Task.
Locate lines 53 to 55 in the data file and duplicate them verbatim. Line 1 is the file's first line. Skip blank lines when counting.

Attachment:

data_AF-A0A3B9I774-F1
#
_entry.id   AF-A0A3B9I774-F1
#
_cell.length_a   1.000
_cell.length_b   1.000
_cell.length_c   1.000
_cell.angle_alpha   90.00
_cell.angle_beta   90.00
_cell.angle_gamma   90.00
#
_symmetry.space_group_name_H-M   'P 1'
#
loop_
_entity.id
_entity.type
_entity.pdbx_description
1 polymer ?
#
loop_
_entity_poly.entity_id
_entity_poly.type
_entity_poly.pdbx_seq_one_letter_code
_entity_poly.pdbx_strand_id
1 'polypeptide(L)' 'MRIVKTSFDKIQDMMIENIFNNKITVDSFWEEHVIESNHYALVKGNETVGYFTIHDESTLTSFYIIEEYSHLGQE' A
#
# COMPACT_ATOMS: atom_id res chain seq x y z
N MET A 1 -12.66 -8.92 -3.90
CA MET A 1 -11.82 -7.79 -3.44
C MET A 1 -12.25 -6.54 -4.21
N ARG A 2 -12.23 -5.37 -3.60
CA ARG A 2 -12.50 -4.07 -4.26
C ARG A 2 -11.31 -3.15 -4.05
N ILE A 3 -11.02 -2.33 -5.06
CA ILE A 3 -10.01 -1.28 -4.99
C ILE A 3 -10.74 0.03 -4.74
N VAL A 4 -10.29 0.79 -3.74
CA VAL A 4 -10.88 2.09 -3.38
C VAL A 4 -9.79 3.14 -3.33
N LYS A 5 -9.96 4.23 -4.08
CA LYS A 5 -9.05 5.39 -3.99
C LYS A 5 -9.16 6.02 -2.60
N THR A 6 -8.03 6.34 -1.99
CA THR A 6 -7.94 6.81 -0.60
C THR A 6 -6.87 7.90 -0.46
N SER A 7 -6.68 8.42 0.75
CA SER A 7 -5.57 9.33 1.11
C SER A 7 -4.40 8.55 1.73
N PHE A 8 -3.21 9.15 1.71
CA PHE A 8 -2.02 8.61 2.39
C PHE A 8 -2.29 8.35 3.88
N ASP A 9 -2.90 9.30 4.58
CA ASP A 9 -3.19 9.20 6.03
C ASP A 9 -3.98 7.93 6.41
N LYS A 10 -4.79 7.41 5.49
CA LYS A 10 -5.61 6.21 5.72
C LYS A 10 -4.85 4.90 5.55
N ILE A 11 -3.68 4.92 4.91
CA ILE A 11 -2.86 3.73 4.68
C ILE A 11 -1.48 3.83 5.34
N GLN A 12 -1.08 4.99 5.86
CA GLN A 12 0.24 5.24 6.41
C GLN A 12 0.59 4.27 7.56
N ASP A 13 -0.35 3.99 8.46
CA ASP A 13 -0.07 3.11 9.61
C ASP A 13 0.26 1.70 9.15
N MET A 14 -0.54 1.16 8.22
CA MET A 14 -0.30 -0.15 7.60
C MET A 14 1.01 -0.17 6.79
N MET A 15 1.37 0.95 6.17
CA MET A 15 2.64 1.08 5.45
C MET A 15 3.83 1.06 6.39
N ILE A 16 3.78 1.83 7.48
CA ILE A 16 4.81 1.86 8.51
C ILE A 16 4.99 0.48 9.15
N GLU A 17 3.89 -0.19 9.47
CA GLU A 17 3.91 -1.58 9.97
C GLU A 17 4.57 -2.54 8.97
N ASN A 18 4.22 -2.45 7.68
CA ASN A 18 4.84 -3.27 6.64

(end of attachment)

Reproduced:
CA ASP A 9 -3.19 9.20 6.03
C ASP A 9 -3.98 7.93 6.41
N LYS A 10 -4.79 7.41 5.49